Are Winsor and Newton Cotman watercolor brushes good quality and perform well?
I’m considering buying this brush for watercolor, just wondering if it is good quality and can maintain a point well. Please also suggest other brands of brushes that are good. I’m a beginner, so i don’t want to spend too much on it. Thanks!
I have been water coloring for a few years and started out with Winsor-Newton Cotman brushes as well as their W-N Sceptre Gold brushes. Both are excellent quality brushes for the price and I have never been disappointed with them. Both sets of brushes hold adequate paint and water and you can paint with a fine point or just put the base of the brush down and leave a good mark. My water color teachers have recommended both types of brushes for their students. Have since invested in sable brushes and while they are very nice, you’d have to be hard pressed to tell the difference. The sable brushes hold more water and are more supple but the differences are subtle. By the way, I still have my Cotman and Sceptre Gold brushes. Do not try to save money and buy brushes that are cheaper. You might save money but your painting will suffer. In a recent class I was in, a woman was painting on inexpensive paper with bargain brushes and poor quality paints. She was a beginner and was trying but her paintings were rough and opaque looking. I looked into my stash and pulled out extra brushes, paints and paper and gave them to her as a gift. She was overwhelmed but accepted the gift. What pleased me was that her painting at the end of the day was many times better than anything she had done before. Materials do make a difference but you do not have to spend “an arm and a leg” for art supplies.
Brushes: W-N Cotman brushes perhaps #8 or #10 round, #3 or #4 round, a 1/2″ flat and a # 1 or #2 rigger. Also have a hake-wash brush (there are a lot of different brands out there- all are very inexpensive).
Paper: At least 140 pound test (buy the not or cold pressed) paper. With paper made into blocks, you do not have to have a board to support it. With sheets of paper in tablets, a lightweight art board and masking tape would support the paper.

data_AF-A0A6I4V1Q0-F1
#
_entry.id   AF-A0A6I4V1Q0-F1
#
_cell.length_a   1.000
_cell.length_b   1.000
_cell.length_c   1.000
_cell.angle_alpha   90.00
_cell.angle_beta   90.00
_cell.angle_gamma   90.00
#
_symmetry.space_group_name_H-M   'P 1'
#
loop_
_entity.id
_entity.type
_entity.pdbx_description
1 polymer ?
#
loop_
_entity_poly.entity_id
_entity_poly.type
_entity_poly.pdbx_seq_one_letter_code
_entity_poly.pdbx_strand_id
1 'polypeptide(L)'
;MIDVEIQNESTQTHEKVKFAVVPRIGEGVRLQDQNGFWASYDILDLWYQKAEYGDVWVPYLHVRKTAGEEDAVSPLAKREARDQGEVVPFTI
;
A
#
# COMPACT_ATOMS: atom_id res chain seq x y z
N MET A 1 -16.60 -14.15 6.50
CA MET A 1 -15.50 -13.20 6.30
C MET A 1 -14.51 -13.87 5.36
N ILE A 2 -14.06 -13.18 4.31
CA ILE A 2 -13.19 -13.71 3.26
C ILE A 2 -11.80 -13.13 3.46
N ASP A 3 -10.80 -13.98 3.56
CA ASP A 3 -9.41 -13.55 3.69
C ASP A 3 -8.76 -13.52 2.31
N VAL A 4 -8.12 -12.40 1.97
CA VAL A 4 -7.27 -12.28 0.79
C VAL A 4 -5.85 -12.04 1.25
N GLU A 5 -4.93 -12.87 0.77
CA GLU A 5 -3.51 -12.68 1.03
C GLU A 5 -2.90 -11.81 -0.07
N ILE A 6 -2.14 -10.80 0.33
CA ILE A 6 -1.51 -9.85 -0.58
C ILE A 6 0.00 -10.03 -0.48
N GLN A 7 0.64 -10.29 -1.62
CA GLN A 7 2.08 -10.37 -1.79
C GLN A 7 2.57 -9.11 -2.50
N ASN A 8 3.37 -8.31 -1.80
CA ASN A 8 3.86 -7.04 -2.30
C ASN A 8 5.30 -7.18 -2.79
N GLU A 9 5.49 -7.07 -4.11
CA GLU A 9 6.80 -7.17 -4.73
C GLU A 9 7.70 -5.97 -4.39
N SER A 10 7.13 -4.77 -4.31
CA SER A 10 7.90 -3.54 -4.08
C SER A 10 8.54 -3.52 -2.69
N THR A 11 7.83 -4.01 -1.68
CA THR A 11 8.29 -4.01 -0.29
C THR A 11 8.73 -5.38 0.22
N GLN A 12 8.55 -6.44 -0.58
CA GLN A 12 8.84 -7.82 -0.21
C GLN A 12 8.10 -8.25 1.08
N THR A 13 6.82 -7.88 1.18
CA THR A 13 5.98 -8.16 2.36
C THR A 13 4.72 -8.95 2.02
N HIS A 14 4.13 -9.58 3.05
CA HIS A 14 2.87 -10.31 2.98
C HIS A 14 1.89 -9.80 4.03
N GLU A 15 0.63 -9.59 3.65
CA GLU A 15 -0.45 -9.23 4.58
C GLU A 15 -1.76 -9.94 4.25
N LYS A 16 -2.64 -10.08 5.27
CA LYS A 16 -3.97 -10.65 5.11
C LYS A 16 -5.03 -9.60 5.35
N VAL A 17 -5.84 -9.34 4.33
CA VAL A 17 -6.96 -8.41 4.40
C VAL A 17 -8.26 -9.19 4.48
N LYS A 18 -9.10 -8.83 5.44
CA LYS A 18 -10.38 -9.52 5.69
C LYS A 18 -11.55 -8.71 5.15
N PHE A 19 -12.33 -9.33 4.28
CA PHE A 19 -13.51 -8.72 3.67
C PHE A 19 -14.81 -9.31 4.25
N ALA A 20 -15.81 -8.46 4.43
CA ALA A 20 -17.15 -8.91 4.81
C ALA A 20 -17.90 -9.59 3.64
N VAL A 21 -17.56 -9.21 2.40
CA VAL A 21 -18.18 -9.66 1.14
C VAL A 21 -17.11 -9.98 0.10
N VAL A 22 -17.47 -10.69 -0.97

Paint: W-N Cotman set of 12 colors are good quality and reasonable in price. You could buy the 1/2 pans or tubes but the 1/2 pans might be fine right now. If you buy pans, have a tiny spray bottle to wet your paint to soften them a bit before you start. At all cost, avoid the water colors that come in those little round pans that you had as a kid. Most but not all are poor quality. Avoid like the plague the Pelican Opaque Watercolor sets and a round set of watercolors that are stacked three high. both have poor quality of paints. Cannot tell you anything about the Van Gogh or the other brands of watercolors as I have not personally used them, but others might post their experiences.
As for stores, if you are taking a class, the art stores often give you a discount card and or a discount if you are a student. just ask and see what is available.
Water container” Use an empty yogurt or cottage cheese container
Additional gear: #2 type pencil (like your yellow school pencil); kneaded eraser, tiny pencil sharpener
Before I forget, look at U-Tube Virtual Village for free videos on setting up your watercolor equipment and also applying washes and the like. They also have free videos on painting clouds, trees, etc.
Do not forget to sign and date your work. Before long, you will look back and realize that you have progressed quite a bit. Those early pieces will become more specal knowing where you started.
Look around for a watercolor class to join. A lot of adult schools have inexpensive classes. Also look in your library for Betty Edwards’ book Drawing on the Right Side of the Brain. It will help you to become a better drawer. When it comes down to it, good drawing skills will go a long way to producing a great watercolor.
How to draw a Labradoodle
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